After two weeks of reruns, L.A. Law is back with four fresh episodes to finish off its fifth season, and fans are freaking. What's going to happen? If the Law writers could push mean old nasty Rosalind Shays (Diana Muldaur) down an elevator shaft; if they could give amorous Arnie Becker (Corbin Bernsen) a nervous breakdown; if they could force Michael Kuzak (Harry Hamlin), Grace Van Owen (Susan Dey), and Victor Sifuentes (Jimmy Smits) to leave the firm of McKenzie, Brackman to start their own law practice, then well, anything could happen, couldn't it? What's next? Will office boy Benny (Larry Drake) execute a corporate power play and takeover? Will senior partner Leland McKenzie (Richard Dysart) be divested of his pinstripes and reduced to refilling the rest room paper-towel dispensers?
It's not often that series television gets this edgy and unpredictable, and it's even rarer that a hit as solidly established as L.A. Law risks alienating its audience by messing with its characters' lives. But the risk is paying off: The show's ratings surged upward after Rosalind plummeted downward, and while pop-culture touchstones from Dallas to Twin Peaks shrivel up and die, L.A. Law just keeps getting juicier.
The wet smack that new lawyer C.J. Lamb (Amanda Donohoe) planted on her colleague Abby Perkins (Michele Greene), for example, was the kiss that stopped prime time in its tracks. Who'd have thought that old Law would be the show to make same-sex affection a goosey thrill? And while the love affair between Grace and Victor might have been predicted given the romantic mathematics of this law office, it was an inevitable combination the unbuckled-belt boisterousness of their tryst was steamy. Suddenly, L.A. Law is the show to talk about at the office on Friday mornings a remarkable turnaround for a show that, in its 1989-90 season, was aimless and half dead.
Basically, the revitalization of L.A. Law can be ascribed to the show's having nothing and everything to lose. The five-year contracts of Hamlin, Dey, and Smits are up at the end of this season. NBC hastens to assure us that there's the possibility Hamlin and Smits will be back for a reduced number of episodes in the fall, but let's face it: Most likely, they're outta here. So is executive producer and head writer David E. Kelley, who succeeded the show's creators, Steven Bochco and Terry Louise Fisher.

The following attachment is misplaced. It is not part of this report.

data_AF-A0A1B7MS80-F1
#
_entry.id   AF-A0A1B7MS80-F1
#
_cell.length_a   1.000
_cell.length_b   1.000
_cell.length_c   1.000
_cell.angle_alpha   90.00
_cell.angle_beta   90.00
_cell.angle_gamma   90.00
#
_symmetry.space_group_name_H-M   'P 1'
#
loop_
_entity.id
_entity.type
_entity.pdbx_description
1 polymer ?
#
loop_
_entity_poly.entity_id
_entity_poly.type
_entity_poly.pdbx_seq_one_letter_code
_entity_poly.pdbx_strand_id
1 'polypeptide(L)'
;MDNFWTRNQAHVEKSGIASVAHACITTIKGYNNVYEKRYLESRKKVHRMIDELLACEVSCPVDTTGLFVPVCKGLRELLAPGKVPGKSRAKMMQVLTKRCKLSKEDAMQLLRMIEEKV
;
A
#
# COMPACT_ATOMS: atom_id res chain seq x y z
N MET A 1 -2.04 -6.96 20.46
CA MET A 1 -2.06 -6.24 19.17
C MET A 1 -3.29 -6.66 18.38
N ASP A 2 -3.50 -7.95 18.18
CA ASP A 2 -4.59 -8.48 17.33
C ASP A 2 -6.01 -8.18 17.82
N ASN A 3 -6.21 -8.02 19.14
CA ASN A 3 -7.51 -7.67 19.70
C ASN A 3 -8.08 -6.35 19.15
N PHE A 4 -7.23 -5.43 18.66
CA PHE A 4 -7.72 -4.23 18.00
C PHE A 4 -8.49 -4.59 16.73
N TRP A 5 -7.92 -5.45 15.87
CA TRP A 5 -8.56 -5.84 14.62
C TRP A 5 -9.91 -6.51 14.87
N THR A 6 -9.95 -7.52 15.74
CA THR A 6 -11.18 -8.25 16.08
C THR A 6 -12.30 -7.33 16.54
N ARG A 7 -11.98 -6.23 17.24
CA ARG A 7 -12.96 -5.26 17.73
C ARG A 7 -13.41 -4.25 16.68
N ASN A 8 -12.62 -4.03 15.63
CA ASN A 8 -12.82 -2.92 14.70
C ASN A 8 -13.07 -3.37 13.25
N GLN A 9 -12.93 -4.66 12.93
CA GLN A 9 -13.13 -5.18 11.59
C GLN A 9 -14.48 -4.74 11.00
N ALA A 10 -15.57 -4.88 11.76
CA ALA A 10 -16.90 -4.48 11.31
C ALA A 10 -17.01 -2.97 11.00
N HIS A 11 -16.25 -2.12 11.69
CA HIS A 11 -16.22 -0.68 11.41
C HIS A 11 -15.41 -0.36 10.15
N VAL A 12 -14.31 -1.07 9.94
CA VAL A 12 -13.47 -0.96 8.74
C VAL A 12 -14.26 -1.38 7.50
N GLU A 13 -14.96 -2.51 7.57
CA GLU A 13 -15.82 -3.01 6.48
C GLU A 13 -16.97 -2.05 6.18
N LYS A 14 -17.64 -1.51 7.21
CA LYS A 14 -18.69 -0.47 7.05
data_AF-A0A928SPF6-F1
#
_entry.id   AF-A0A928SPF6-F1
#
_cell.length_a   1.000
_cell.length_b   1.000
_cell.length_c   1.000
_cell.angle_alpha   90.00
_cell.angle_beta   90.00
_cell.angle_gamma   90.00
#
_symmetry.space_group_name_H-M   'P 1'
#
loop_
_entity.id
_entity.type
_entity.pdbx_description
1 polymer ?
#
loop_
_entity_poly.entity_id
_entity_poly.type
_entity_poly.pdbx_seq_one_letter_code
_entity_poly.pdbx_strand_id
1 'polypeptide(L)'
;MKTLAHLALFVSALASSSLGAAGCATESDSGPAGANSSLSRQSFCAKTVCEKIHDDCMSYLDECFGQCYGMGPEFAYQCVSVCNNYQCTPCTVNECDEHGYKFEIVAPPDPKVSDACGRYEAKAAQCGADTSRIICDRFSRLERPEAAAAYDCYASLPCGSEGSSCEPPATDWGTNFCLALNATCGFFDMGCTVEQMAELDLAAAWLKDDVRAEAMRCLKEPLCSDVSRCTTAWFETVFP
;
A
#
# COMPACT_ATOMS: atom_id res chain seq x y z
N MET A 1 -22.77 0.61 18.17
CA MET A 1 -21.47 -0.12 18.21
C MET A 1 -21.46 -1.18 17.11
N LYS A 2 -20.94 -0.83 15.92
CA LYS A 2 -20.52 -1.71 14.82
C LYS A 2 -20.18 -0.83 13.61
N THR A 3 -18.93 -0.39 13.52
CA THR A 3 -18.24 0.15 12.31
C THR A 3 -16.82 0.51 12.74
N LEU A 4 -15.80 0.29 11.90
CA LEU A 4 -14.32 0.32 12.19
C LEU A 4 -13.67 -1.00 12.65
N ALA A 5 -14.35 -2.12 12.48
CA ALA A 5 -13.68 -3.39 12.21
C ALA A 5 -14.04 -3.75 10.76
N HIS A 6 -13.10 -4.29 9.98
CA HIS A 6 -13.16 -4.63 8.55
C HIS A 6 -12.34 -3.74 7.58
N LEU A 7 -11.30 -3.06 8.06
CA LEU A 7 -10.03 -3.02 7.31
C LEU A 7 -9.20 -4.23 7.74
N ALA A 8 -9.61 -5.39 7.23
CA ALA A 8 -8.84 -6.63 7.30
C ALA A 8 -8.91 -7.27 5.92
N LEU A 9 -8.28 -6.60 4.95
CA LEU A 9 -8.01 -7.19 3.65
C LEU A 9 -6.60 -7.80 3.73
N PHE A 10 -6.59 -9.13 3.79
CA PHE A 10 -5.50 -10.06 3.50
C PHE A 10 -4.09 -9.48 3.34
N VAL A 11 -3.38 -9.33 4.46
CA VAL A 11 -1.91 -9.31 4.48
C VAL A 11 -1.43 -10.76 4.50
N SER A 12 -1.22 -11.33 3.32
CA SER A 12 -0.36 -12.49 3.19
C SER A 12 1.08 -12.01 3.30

For another show, the loss of such crucial players would signal the end. But since its premiere in 1986, L.A. Law has always been a series with no center, moving from courtroom to boardroom to bedroom, from one costar to another. This gives the show a stylistic flexibility that makes easier the introduction of different characters, and three new lawyers have already pumped up the show's volume. Donohoe's C.J. is certaimly the most intriguing rookie; the writers have used her Britishness as a metaphor for eccentricity. There's no predicting what she'll do next, and it's exhilarating to see a woman in this sort of oddball cutup role.
If John Spencer can keep his Tommy Mullaney from becoming a cartoonish ambulance chaser, Tommy's cheap-suit bluntness will provide a useful and much-needed contrast to Law's traditional slickness. So far, Cecil Hoffmann's Zoey Clemmons has made the least impact, but she has great promise. Hoffmann was skilled and alluring in the excellent short-lived 1989 drama series Dream Street, and on Law, she's in place to take over as a more interesting strong-female role model than Dey was ever permitted to become.
To be sure, L.A. Law is not without its problems. Due to return next season are the show's dud duo, Stuart Markowitz (Michael Tucker) and Ann Kelsey (Jill Eikenberry). A few years back, their odd-couple courtship based as it was on their real-life marriage was sharp-witted and sexy. Since then, however, Stuart and Ann have become sullen and self-righteous; their mouths turn down in identical sour expressions. The Markowitz-Kelseys now exist primarily to suggest that office marriages don't work who needs these Crabby Appletons?
And as for the emotional crack-up of Bernsen's lyin', cheatin' Arnie Becker, well, to quote his long-suffering former secretary, Roaxanne (Susan Ruttan), ''No one cares, Arnie!'' Conceived originally as the ferret face of capitalism, a Me Decade antihero, Arnie is now just a balding yuppie who can't keep his pants on when ther's an attractive woman in his office. In season six, the writers are going to have to work overtime to make Arnie bearable, let alone sympathetic. They might start by asking Bernsen to pull in his ever-quivering lower lip Arnie always seems on the verge of blubbering.
So who knows what will happen this week, or next season? No one's telling, but now it's safe to assume the unexpected reason enough to tune in. A-